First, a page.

National Insurance Increases from 6/4/22

A client has inquired about the Prime Minister’s proposals to raise National Insurance Contributions (NIC) to fund health and social care. They would like to know how it would affect them and what the HR considerations they should have are.

The proposal emphasises that 70% of the money raised from businesses will come from the largest 1% of businesses, while 40% of all businesses will pay nothing extra. The NIC increase will, the Government calculates, cost £255 a year for someone earning £30,000 and £505 a year for someone on £50,000.

Following this announcement, employers like my client will have to prepare their payroll teams for the adjustment from next April, to ensure they are meeting their legal obligations and making the correct deductions from employee wages. It may also be of benefit to send a reminder email to your staff, or update them through normal business channels, so they are aware in advance that there will be a decrease in their take-home pay, due to the increase in national insurance payments.

Some employees will be understandably upset about this but there is no obligation on the client to provide additional benefits or pay increases to cover the difference in net pay. The client can make their staff aware that this was not a business decision, but a necessary step mandated by the Government.

All other contractual entitlements should remain the same. The client will have to assess the financial impact this might have on their business and make adjustments where necessary to ensure its long-term viability. If redundancies or changes to existing terms and conditions are needed, the client must make sure they are following fair processes and fully consulting with staff before taking any action.

The client might be more inclined to hire individuals on a self-employed basis to avoid contributing towards higher NI payments. However, doing so may cause more problems if it is seen that there is an employment relationship in place and the individual is working under the wrong employment status. This could not only lead to a breach of employment laws and tribunal claims but also costly back-payments to the employee and HMRC.

Further changes are expected from April 2023, including recording the increased national insurance rate on employee payslips as a separate “levy” deduction and making this deduction from working pensioners’ wages. Your client should use this time to prepare themselves for the upcoming changes, so they don’t get caught out.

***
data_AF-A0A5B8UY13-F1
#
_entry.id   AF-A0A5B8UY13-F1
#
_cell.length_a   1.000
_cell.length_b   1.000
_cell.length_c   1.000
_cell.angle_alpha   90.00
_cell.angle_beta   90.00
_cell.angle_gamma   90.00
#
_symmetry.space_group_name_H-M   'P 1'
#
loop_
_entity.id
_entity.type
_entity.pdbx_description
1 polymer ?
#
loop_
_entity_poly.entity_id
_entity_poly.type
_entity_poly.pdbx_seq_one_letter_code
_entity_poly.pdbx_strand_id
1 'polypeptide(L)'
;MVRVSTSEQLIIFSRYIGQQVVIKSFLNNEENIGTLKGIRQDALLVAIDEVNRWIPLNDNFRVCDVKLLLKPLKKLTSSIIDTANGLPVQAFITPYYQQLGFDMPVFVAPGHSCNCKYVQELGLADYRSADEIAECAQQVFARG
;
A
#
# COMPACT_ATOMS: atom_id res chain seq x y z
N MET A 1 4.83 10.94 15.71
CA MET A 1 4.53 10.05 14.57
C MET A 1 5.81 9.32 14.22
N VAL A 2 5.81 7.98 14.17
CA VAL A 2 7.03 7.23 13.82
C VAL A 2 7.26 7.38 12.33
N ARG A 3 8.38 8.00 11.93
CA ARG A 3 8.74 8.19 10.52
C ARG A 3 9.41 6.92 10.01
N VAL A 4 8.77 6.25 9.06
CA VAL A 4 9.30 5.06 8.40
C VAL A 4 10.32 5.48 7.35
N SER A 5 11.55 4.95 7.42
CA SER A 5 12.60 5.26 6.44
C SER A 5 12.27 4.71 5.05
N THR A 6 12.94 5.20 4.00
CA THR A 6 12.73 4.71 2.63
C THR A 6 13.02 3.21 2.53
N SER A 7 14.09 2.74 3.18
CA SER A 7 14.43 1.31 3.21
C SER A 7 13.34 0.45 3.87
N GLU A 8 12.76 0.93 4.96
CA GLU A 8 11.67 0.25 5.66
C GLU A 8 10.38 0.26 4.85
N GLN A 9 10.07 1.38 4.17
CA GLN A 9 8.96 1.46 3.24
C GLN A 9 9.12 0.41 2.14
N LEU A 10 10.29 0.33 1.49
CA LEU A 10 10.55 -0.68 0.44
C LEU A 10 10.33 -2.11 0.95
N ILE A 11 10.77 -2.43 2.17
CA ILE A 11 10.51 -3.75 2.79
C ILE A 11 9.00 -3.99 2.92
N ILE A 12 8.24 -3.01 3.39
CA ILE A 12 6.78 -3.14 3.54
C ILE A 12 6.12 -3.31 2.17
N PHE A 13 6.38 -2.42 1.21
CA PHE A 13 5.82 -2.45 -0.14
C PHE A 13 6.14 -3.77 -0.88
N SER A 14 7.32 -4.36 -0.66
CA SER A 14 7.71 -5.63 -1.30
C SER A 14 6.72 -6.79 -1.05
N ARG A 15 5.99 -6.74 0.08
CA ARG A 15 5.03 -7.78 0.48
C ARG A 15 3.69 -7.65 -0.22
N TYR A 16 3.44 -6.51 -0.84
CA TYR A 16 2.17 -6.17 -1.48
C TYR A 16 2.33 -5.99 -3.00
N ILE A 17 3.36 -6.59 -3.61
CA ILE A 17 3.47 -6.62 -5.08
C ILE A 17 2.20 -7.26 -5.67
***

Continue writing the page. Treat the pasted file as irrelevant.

A client wants to know how to deal with burnout in the workplace. They also want a brief explanation of what it means and how to spot the signs.

The term ‘burnout’ has become more prevalent in recent times as employers try to manage the impact that increasing workplace demands have on employees’ health. This has only become more apparent during 2020, when many employees may have faced increased workloads, uncertainty and general pressure due to the outbreak of COVID-19.

According to the World Health Organisation (WHO), common symptoms of burnout include:

  • feelings of energy depletion or mental exhaustion
  • increased mental distance from one’s job
  • feelings of negativism or cynicism related to one’s job
  • reduced professional efficacy.

A key aspect of the WHO’s definition is that burnout only relates to work-related stress, which means that clients are taking the right steps by wanting to know more and acknowledging that they play an important role in prevention. One of the key stumbling blocks is that burnout, and by association work-related stress, can be viewed as ‘part of the job’ in many industries, or a necessity due to the challenges posed by the pandemic.